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The Honolulu Advertiser
Posted on: Friday, March 24, 2006

Damon Estate's currency collection fetches $3.8M

By Rick Daysog
Advertiser Staff Writer

This $10 bill, No. 1 in a series, was the first $10 bill issued by the Kingdom of Hawai'i in 1880. It was sold for $268,000 at an auction yesterday of the Damon Estate's currency and coin collection.

Estate of Samuel Mills Damon catalog

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The Damon Estate's coin collection has been sealed in a bank vault for decades, protecting it from wear and tear.

Estate of Samuel Mills Damon catalog

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Hundreds of rare coins and currency collected by Hawai'i banking pioneer Samuel Mills Damon were auctioned off yesterday for more than $3.8 million, or about double the estimated sale price.

The sale of the Damon Estate's coin collection far exceeded the expectations of Doyle New York, the auction house that conducted the sale.

The Damon Estate, a storied land and banking trust, is in the process of selling off all of its holdings.

"These coins have been living in a bank vault for many decades," said Louis Webre, vice president for marketing and media at Doyle New York. "This is truly a rediscovered treasure."

An extremely rare proof set of 14 mint-condition coins made to commemorate the 1876 U.S. centennial sold for $548,000. Doyle had estimated the proof set would sell for $250,000 to $300,000.

Joanne Fujita, who successfully bid on the coins on behalf of one of the Damon heirs, told Bloomberg News that the coins will remain in Hawai'i, where they will be publicly displayed. She did not disclose the name of the heir.

An 1880 bank note from the Kingdom of Hawai'i sold for $268,000. The note, the first $10 bill issued by the kingdom, exceeded Doyle's estimate of $40,000 to $60,000.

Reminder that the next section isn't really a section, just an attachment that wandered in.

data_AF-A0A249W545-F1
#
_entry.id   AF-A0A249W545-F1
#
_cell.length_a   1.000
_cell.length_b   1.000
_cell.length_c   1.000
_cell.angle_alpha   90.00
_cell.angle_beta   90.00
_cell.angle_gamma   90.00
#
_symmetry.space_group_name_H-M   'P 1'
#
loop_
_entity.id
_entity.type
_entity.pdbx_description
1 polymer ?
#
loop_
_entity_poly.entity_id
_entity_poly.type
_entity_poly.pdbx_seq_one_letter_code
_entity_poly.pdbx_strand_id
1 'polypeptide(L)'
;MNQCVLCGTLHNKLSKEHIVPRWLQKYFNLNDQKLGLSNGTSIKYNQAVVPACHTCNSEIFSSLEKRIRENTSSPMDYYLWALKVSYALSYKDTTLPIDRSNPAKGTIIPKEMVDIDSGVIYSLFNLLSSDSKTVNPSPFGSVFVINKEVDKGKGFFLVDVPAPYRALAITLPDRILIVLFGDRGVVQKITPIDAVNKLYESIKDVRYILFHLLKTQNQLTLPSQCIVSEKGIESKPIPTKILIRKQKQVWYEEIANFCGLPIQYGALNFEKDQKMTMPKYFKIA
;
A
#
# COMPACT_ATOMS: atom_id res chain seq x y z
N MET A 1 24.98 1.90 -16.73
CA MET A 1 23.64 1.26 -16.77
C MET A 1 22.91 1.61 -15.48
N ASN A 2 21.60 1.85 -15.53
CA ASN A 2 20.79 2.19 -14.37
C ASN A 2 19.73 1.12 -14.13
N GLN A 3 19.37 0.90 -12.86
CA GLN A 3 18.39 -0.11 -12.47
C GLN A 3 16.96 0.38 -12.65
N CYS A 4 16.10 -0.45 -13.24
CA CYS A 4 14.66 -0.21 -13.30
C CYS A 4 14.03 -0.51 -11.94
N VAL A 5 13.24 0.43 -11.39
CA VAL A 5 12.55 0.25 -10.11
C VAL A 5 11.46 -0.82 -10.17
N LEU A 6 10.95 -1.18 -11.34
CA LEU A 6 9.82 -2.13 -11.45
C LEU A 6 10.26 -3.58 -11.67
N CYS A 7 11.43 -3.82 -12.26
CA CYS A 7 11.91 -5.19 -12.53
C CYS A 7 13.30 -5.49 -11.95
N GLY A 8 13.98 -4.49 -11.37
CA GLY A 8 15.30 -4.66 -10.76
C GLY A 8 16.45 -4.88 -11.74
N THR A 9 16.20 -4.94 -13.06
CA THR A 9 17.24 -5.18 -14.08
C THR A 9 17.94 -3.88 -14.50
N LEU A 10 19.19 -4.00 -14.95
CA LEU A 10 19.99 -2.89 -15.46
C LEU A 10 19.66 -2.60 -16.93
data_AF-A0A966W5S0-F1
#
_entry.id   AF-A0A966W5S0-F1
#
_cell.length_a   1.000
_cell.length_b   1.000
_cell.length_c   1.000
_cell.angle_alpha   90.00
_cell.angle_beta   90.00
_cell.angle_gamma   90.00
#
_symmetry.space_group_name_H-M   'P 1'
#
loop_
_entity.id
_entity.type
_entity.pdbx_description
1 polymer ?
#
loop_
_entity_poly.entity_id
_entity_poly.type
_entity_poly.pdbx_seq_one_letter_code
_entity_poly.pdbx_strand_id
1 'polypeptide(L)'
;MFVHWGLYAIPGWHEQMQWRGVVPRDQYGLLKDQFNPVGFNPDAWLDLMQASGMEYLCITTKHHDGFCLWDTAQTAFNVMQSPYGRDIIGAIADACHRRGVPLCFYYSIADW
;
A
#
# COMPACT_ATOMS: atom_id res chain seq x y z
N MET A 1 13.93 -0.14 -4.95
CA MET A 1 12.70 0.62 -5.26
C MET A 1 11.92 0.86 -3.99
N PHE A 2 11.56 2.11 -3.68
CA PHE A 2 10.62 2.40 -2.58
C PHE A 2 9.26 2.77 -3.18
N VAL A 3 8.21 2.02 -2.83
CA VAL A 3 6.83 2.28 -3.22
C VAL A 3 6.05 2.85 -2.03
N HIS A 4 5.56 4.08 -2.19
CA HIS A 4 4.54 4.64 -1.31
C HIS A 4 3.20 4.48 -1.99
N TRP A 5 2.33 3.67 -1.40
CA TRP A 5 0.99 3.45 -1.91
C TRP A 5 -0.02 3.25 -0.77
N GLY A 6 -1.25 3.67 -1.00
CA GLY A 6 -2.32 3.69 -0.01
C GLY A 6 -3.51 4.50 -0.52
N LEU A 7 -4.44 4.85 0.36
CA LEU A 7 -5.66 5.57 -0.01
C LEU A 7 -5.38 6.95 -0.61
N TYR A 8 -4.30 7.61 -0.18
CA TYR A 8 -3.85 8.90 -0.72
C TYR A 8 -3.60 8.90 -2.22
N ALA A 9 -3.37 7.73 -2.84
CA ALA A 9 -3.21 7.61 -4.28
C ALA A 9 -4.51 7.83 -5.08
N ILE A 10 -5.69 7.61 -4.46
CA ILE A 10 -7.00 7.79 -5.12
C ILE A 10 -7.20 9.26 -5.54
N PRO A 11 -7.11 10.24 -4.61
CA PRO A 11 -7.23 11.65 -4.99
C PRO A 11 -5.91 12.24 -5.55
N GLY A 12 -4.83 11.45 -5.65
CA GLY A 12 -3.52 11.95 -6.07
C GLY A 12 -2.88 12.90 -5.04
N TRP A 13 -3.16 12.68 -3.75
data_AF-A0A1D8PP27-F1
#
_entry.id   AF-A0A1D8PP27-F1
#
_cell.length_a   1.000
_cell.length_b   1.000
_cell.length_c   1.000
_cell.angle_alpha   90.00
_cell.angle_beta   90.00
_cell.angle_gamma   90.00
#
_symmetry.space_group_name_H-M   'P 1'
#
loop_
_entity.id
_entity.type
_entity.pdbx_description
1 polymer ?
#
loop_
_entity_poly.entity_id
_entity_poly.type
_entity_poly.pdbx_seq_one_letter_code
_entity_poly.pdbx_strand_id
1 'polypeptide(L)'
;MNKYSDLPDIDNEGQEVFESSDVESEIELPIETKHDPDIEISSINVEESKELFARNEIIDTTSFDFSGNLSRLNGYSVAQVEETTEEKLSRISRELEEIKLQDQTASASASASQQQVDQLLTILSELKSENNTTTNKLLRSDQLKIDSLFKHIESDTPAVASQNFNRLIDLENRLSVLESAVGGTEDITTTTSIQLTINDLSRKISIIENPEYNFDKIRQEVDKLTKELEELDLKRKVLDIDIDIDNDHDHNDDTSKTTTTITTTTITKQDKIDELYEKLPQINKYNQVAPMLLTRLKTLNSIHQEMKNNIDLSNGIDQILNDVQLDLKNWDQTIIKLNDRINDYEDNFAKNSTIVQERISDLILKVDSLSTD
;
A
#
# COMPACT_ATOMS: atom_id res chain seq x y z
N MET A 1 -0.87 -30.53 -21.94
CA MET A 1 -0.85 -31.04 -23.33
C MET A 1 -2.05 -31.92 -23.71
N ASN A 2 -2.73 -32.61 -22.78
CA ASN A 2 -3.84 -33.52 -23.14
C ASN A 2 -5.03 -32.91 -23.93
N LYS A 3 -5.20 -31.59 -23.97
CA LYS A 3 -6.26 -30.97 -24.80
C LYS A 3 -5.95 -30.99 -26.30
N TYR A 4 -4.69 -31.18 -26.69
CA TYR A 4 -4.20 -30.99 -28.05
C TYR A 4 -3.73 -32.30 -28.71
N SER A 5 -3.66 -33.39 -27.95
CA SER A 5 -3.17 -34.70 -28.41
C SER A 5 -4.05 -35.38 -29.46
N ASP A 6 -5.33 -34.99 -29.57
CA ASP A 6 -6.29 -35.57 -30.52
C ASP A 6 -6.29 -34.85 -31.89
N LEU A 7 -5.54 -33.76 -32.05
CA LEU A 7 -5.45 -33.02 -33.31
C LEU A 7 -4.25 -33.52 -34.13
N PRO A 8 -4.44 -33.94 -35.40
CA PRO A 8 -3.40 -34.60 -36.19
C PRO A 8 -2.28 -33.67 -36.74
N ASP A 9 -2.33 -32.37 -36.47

"They got fabulous prices for the collection," said Don Medcalf, president of Hawaiian Island Stamp and Coin, and author of the Hawaiian Money Standard Catalogue.

"It's like buying a flawless diamond."

Medcalf said the appeal of Damon's collection comes from the fact that the items have been tucked away in a bank vault for decades and protected from wear and tear. Coins in the condition of Damon's 1876 proof set are extremely rare, he said.

Damon, who died in 1924, collected the coins while he headed First Hawaiian Bank's predecessor. After he died, he left his assets, including his stock holdings in the bank and a large portion of Moanalua and Salt Lake, to his heirs.

The Damon Estate was once the state's fourth-largest land-owner, and at its height owned assets valued at about $900 million. It also was First Hawaiian's largest shareholder before it sold its stake to BNP Paribas several years ago.

Under Damon's will, the estate terminates with the death of Damon's last grandchild, which happened in 2004. The assets are to be divided among Damon's surviving heirs.

The coins sold in yesterday's auction are among the last of the Damon Estate's remaining assets.

Reach Rick Daysog at rdaysog@honoluluadvertiser.com.